I've spent a lot of time actually in Texas. And in Texas, the storytelling songwriting is so prevalent, and some of these guys get up there and they have an audience just wrapped around their finger from minute one with these incredible stories.
Really living as a touring artist is just kind of this master class in just learning how to interact with the world. And so, it's been a pretty incredible experience.
Q: What does “California country” mean to you, and what can people in Buffalo expect?
Alice Wallace: The “California country” thing is definitely, I think it does harken back a little more to the ’60s and ’70s, because really, you know, it was Gram Parsons with the cosmic music; and it was Joni Mitchell and Crosby, Stills and Nash, and The Byrds and kind of that Laurel Canyon sound. That really, still to this day, influences “California country” very strongly – the ’60s in Los Angeles. And then you also have some of the influence from Bakersfield, and like the people that came over earlier from the Dust Bowl, and kind of the honky-tonk and hillbilly music that came from that.
It’s kind of this melting pot, but then it's also like you add in, you know, we've got the desert and we’ve got the ocean. I feel like it just kind of melds so many different influences.
And, you know, my songwriting kind of does the same thing, where I have songs that sound like the desert, and then I've got songs that sound like the beach.
I think “California country” is a little more eclectic and, you know, it's not quite, it doesn't have, necessarily, the same kind of twang that Nashville country does; but I love it out here. I love the influence from so many different kinds of (people), and all the kind of hippy, ’70s culture that I grew up with from my parents. So, yeah, I think, to me, that's what “California country” is.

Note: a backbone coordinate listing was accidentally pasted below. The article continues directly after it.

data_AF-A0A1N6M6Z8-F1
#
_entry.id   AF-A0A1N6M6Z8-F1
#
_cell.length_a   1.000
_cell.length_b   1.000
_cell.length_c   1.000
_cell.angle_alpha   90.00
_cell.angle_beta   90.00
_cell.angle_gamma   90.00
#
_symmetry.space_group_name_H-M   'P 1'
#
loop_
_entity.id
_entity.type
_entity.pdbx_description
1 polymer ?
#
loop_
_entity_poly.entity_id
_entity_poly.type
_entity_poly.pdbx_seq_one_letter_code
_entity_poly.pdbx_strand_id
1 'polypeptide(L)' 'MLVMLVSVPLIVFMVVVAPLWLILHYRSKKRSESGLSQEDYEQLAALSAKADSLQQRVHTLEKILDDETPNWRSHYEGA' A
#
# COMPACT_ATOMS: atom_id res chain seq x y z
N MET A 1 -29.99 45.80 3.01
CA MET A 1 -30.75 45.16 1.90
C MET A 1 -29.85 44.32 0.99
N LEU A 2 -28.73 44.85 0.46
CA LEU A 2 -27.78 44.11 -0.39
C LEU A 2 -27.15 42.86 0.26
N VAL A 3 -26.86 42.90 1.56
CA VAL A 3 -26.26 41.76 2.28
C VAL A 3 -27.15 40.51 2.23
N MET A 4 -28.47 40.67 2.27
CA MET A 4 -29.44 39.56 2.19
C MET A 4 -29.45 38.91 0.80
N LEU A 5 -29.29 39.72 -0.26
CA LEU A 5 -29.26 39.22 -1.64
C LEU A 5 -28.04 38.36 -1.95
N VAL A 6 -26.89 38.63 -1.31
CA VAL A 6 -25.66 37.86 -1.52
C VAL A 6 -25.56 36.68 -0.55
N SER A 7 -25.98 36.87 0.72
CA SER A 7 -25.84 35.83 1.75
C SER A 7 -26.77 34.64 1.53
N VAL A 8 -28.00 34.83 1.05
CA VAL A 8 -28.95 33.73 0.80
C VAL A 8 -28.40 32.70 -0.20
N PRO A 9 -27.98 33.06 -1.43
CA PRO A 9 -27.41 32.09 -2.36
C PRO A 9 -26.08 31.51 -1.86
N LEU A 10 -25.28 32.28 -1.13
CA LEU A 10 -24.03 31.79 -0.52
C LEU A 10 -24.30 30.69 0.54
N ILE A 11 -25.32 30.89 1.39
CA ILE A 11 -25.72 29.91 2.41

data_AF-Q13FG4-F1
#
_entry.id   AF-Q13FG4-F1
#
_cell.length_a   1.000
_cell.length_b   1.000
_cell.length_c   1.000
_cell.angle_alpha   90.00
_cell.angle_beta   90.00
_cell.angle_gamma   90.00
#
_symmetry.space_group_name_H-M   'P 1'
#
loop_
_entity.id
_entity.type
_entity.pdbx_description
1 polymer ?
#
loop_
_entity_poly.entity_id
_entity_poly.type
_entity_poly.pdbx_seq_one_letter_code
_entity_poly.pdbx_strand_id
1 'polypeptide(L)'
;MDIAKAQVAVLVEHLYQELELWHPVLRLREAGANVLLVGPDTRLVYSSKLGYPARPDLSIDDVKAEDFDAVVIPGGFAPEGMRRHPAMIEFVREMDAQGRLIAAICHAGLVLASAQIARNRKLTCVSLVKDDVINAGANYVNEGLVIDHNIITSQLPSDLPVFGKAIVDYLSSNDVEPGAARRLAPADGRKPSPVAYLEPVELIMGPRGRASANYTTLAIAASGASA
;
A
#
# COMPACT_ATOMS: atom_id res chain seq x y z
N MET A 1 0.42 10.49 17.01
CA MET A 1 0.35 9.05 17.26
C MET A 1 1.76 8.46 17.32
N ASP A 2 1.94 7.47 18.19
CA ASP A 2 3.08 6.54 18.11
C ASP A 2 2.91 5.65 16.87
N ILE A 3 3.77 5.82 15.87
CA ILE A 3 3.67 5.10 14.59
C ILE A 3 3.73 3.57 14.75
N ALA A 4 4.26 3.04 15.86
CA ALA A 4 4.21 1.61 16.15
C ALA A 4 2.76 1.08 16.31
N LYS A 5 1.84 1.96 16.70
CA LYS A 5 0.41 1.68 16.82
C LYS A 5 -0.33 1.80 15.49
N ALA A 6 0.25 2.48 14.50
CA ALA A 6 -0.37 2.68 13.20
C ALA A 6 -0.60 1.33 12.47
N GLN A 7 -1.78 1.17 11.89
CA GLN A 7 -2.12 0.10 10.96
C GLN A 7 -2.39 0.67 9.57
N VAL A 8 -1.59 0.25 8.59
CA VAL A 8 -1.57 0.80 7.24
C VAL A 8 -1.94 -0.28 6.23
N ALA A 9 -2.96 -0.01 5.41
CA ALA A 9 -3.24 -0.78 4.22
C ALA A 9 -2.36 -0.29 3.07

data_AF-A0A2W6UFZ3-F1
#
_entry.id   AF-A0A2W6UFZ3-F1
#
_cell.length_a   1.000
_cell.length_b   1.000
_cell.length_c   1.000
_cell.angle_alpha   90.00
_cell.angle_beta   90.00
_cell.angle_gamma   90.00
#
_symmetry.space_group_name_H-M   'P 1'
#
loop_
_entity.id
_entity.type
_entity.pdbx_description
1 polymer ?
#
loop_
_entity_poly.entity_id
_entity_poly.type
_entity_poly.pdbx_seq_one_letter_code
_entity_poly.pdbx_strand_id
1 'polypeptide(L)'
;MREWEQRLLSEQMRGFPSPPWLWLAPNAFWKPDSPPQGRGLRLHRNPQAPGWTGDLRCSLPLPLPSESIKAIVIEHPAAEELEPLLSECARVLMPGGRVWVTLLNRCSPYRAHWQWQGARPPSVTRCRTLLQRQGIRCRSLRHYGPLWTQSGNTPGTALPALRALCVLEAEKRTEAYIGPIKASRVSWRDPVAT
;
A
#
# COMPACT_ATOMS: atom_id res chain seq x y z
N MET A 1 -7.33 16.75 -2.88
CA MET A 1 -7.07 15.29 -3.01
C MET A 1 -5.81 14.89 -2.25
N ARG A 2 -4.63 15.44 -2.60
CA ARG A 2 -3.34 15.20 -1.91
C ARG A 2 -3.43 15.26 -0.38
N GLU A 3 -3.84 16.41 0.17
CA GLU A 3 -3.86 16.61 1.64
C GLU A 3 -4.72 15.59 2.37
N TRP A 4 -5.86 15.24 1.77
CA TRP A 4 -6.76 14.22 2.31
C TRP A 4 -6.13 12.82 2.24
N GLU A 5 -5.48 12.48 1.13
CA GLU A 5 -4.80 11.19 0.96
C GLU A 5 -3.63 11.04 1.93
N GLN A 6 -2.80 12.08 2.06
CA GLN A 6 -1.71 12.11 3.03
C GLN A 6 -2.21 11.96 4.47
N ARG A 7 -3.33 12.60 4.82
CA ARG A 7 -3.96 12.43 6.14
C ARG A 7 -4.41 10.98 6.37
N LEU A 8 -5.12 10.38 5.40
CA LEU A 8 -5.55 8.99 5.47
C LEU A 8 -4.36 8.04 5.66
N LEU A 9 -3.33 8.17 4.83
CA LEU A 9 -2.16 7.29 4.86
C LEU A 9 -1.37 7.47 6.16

Q: Certainly, you've had a lot of great things happen in your career of late. What would you like to accomplish for the rest of this year, or even in the next 12 months? What will be the next milestones you want to reach in your career?
Alice Wallace: I’m just planning to do a lot of touring.
Music, it's a tough field these days. You know, there’s a lot more musicians doing it, and there's so much talent out there. And, really, if I can just get to the next level, where I can stay on the road constantly and really, you know, just get some more radio play.
It's tough to get to that next level where you can do it full time and feel like, “OK, I've got a solid career here.” It's a very finicky industry right now. So, I'm really just kind of taking it one day at a time. Just like, “OK, let's play the next show; let's plan the next tour. Let's just keep the press going. Let's just talk about new songs. Let’s make more music videos.”
Almost all the songs on this album are just, they're basically stories waiting to be told in a video. We’ve released two videos, for “Santa Ana Winds” and then for “The Blue,” and then we've got plans for some more. I feel like this album is just so worthy of as much attention as I can give it. And so we're just going to try to try to keep that going as much as we can. …
This year is shaping up to be pretty incredible. I’m feeling very lucky to be involved in all of it.
Alice Wallace performs at 7 p.m. Sunday, May 5, at Sportsmens Tavern, 326 Amherst St., Buffalo. For more information, or for tickets, visit http://sportsmensbuffalo.com/. Find the artist online at www.alicewallacemusic.com.
(All photos by Adrienne Isom, courtesy of Devious Planet Media)